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1 December 2012 The Internal Nasal Skeleton of the Bat Pteropus lylei K. Andersen, 1908 (Chiroptera: Pteropodidae)
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Abstract
The cranial osteology of the megachiropteran Pteropus Brisson, 1762, was the subject of recent study that covered all of the skull bones in significant detail, except for the anatomy of the nasal capsule. Here, we describe and illustrate the internal nasal skeleton of Pteropus lylei K. Andersen, 1908, using histological sections of a fetus and high resolution X-ray computed tomographic (HRXCT) imagery of an adult specimen. The internal nasal skeleton of Pteropus lacks a rostral nasoturbinal and includes a caudal nasoturbinal that corresponds to the ossified crista semicircularis of the fetus; three endoturbinals; one ectoturbinal; the maxilloturbinal; and a low basal crest that may represent a rudimentary element. We describe in detail the structure and connections of these elements in Pteropus. The maxilloturbinal is the largest element. In cross section, the caudal nasoturbinal is unilaminar, the maxilloturbinal is double bilaminar (i.e., each of the basal twin laminae splits further into two secondary laminae), and the other elements range from incipient to asymmetrically double bilaminar (i.e., one branch simple, the other split). All turbinais of the ethmoidal labyrinth contribute to the cribriform plate, creating a specific pattern of cribriform foramina. The elements found in Pteropus are compared with those of other well-known mammals with relatively few turbinai elements, including other bats, primates, canids, and marsupials. We show that, despite terminological discrepancies across studies, homologies are straightforward to establish among these taxa and so comparative or phylogenetic studies may benefit from inclusion of turbinai characters.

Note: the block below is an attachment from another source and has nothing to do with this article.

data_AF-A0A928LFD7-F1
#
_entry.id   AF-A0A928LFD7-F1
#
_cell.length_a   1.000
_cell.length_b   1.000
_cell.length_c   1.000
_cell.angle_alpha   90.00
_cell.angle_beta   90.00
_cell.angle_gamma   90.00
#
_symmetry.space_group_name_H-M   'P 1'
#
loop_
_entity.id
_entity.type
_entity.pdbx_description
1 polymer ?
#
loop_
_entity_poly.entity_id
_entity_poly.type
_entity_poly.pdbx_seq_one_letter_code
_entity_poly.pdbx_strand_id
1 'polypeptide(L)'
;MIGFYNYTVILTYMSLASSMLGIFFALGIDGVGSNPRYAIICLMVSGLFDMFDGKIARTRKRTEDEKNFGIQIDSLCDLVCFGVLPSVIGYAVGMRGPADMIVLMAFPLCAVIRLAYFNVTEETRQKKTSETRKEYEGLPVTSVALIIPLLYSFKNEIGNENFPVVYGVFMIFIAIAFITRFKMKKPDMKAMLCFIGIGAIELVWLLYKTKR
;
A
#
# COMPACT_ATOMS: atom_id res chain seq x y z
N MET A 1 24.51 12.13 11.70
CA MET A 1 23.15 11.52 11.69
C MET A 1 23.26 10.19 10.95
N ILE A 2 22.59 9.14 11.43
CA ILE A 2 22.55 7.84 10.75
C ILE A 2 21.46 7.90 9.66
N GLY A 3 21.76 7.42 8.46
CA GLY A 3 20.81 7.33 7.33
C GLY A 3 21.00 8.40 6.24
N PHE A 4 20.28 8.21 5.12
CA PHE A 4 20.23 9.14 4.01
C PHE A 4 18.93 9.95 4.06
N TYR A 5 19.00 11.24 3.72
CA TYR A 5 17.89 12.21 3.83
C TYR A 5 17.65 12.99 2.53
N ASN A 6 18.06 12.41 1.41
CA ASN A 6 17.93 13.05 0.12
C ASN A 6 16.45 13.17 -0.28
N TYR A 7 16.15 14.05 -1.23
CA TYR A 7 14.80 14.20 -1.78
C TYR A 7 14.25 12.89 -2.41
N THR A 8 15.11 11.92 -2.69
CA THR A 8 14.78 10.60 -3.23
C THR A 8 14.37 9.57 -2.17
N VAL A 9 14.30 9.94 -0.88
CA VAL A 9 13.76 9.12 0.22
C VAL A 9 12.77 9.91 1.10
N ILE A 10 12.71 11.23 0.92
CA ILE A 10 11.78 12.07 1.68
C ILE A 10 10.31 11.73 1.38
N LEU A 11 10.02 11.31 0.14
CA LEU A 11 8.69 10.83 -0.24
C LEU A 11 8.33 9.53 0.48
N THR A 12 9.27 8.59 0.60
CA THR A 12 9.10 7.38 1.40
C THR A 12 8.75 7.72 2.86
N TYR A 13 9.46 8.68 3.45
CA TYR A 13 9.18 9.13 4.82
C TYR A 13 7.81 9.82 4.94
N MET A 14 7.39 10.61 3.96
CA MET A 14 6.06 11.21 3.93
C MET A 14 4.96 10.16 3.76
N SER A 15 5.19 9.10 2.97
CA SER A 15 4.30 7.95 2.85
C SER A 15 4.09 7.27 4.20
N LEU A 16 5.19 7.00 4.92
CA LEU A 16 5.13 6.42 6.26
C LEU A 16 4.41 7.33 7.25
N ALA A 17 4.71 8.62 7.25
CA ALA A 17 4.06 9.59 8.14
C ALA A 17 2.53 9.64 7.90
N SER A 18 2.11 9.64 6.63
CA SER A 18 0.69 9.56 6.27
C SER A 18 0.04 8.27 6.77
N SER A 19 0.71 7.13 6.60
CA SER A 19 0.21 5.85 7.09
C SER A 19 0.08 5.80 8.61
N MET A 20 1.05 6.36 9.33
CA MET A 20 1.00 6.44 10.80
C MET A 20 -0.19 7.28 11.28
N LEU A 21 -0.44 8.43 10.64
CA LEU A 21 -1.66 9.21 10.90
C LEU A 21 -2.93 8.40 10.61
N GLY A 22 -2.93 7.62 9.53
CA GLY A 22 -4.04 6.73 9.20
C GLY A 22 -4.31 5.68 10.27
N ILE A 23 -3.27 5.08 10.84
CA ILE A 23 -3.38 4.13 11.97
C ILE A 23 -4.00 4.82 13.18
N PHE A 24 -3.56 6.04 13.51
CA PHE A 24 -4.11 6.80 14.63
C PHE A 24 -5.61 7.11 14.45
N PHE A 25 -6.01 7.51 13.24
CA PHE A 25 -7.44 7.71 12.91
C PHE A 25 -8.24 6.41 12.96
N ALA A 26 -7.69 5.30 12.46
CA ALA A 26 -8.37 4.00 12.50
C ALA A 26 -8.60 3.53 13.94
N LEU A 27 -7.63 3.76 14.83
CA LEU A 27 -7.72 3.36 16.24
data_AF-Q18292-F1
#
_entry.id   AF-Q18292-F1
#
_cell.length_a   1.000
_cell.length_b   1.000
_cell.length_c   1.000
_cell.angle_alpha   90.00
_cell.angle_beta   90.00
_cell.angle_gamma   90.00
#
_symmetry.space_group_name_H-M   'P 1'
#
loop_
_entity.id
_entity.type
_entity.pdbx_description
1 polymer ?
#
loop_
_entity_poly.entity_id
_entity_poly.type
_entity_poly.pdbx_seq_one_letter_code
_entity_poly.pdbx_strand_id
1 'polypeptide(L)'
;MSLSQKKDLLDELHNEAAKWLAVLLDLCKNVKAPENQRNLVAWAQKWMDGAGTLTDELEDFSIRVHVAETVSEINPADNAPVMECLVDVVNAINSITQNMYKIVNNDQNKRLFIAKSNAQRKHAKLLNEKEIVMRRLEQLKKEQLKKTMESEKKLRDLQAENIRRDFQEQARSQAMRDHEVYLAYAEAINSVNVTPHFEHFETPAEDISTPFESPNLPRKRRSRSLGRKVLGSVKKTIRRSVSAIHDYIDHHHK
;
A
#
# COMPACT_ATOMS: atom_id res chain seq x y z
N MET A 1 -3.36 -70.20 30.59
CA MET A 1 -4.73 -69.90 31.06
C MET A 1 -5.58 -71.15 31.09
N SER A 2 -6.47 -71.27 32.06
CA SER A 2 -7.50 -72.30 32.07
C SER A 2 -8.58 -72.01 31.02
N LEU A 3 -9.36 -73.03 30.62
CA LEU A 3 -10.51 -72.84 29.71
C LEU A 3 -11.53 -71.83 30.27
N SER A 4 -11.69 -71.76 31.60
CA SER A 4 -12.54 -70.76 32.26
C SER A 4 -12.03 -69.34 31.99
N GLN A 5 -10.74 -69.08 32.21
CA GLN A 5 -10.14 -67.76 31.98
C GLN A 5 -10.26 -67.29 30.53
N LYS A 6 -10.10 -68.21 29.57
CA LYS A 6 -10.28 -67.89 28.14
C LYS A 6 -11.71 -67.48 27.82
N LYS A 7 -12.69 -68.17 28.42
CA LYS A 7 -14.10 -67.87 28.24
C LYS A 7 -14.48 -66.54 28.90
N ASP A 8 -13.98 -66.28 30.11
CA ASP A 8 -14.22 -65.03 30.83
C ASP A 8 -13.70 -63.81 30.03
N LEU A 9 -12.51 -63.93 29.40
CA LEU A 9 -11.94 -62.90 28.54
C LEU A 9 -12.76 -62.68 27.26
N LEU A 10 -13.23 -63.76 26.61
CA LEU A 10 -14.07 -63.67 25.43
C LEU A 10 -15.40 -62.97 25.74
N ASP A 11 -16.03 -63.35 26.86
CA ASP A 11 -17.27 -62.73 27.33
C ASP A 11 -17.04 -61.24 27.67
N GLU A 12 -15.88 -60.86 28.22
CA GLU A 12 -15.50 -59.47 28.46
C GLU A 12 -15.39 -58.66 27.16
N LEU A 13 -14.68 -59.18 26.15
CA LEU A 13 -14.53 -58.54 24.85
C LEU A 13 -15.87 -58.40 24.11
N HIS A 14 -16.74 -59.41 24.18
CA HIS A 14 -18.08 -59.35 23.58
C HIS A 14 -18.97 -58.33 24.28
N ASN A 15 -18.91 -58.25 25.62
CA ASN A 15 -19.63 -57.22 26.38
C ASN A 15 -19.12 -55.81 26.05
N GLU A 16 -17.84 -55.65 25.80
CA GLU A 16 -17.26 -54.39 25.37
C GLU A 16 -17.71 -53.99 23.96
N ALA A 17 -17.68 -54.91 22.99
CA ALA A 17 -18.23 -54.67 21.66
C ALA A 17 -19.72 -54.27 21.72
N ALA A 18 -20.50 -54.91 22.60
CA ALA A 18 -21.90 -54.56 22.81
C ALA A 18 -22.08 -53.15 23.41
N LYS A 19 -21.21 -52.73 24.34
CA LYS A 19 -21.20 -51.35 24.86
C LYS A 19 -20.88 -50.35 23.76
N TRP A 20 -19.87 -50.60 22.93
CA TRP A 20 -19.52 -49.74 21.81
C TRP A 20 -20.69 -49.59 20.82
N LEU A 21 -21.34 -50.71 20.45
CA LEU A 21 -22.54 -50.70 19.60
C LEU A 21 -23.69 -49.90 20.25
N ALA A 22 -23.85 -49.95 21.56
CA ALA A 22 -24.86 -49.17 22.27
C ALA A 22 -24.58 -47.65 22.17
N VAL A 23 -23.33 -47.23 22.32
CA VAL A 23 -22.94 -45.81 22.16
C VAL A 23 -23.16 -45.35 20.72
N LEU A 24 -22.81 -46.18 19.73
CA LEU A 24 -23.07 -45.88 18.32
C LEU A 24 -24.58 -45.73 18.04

Norberto P. Giannini, Thomas E. Macrini, John R. Wible, Timothy B. Rowe and Nancy B. Simmons "The Internal Nasal Skeleton of the Bat Pteropus lylei K. Andersen, 1908 (Chiroptera: Pteropodidae)," Annals of Carnegie Museum 81(1), (1 December 2012). https://doi.org/10.2992/007.081.0101
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